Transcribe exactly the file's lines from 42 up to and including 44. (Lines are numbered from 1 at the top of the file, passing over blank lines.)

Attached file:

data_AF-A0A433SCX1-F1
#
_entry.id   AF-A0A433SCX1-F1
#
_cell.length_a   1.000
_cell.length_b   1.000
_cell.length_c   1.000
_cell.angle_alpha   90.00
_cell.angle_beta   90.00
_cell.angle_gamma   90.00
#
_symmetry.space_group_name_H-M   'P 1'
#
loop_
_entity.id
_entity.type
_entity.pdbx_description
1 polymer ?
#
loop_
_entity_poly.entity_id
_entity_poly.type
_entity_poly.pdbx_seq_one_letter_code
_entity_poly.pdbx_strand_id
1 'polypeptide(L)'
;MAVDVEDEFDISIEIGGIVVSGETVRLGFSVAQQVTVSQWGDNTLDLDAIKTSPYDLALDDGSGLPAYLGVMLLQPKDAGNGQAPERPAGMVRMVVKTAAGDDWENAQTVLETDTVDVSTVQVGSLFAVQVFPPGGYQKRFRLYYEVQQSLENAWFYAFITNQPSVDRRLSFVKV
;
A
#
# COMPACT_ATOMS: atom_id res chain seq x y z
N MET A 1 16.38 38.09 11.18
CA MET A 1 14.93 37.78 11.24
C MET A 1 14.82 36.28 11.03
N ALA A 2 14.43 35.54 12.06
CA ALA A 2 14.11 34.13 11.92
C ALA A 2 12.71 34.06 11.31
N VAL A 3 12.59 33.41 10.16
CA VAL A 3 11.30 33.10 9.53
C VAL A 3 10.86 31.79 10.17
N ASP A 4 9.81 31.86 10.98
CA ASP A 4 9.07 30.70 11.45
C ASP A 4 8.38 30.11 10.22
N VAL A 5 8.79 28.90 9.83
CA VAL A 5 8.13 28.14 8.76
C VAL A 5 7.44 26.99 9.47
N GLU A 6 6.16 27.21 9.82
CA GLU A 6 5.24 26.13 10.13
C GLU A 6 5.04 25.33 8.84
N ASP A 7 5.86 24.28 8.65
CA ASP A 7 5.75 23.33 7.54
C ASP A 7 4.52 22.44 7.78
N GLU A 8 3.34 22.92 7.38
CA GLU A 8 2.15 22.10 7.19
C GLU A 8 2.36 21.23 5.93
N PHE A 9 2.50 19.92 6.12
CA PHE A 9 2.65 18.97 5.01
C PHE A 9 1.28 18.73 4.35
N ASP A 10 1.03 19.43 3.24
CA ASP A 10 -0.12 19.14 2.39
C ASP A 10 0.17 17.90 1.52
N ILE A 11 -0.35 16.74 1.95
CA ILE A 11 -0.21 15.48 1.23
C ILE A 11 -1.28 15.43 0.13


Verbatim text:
C ASP A 4 8.38 30.11 10.22
N VAL A 5 8.79 28.90 9.83
CA VAL A 5 8.13 28.14 8.76